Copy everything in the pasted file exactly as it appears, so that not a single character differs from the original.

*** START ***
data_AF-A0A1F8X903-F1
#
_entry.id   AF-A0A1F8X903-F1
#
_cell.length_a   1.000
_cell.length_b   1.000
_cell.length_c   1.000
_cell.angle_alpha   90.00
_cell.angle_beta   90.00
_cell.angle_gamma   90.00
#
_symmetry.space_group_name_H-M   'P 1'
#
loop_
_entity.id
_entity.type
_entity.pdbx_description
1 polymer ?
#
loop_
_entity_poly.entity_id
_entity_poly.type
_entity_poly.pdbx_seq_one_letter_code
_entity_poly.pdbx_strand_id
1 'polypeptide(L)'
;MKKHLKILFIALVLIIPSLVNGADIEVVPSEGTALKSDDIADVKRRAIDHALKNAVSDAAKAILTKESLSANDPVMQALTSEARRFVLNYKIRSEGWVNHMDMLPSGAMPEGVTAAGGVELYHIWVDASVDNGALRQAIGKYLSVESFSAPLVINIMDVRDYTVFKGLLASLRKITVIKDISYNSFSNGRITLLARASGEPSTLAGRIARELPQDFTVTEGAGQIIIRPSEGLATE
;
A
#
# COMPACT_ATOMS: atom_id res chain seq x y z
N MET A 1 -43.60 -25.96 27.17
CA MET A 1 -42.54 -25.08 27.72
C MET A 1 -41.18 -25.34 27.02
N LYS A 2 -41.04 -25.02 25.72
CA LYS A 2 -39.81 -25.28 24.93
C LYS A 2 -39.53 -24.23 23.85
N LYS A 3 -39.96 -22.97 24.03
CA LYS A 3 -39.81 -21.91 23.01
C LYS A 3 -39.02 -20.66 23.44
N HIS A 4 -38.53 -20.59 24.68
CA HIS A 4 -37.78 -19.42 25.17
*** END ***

data_AF-A0A1F8X903-F1
#
_entry.id   AF-A0A1F8X903-F1
#
_cell.length_a   1.000
_cell.length_b   1.000
_cell.length_c   1.000
_cell.angle_alpha   90.00
_cell.angle_beta   90.00
_cell.angle_gamma   90.00
#
_symmetry.space_group_name_H-M   'P 1'
#
loop_
_entity.id
_entity.type
_entity.pdbx_description
1 polymer ?
#
loop_
_entity_poly.entity_id
_entity_poly.type
_entity_poly.pdbx_seq_one_letter_code
_entity_poly.pdbx_strand_id
1 'polypeptide(L)'
;MKKHLKILFIALVLIIPSLVNGADIEVVPSEGTALKSDDIADVKRRAIDHALKNAVSDAAKAILTKESLSANDPVMQALTSEARRFVLNYKIRSEGWVNHMDMLPSGAMPEGVTAAGGVELYHIWVDASVDNGALRQAIGKYLSVESFSAPLVINIMDVRDYTVFKGLLASLRKITVIKDISYNSFSNGRITLLARASGEPSTLAGRIARELPQDFTVTEGAGQIIIRPSEGLATE
;
A
#
# COMPACT_ATOMS: atom_id res chain seq x y z
N MET A 1 -43.60 -25.96 27.17
CA MET A 1 -42.54 -25.08 27.72
C MET A 1 -41.18 -25.34 27.02
N LYS A 2 -41.04 -25.02 25.72
CA LYS A 2 -39.81 -25.28 24.93
C LYS A 2 -39.53 -24.23 23.85
N LYS A 3 -39.96 -22.97 24.03
CA LYS A 3 -39.81 -21.91 23.01
C LYS A 3 -39.02 -20.66 23.44
N HIS A 4 -38.53 -20.59 24.68
CA HIS A 4 -37.78 -19.42 25.17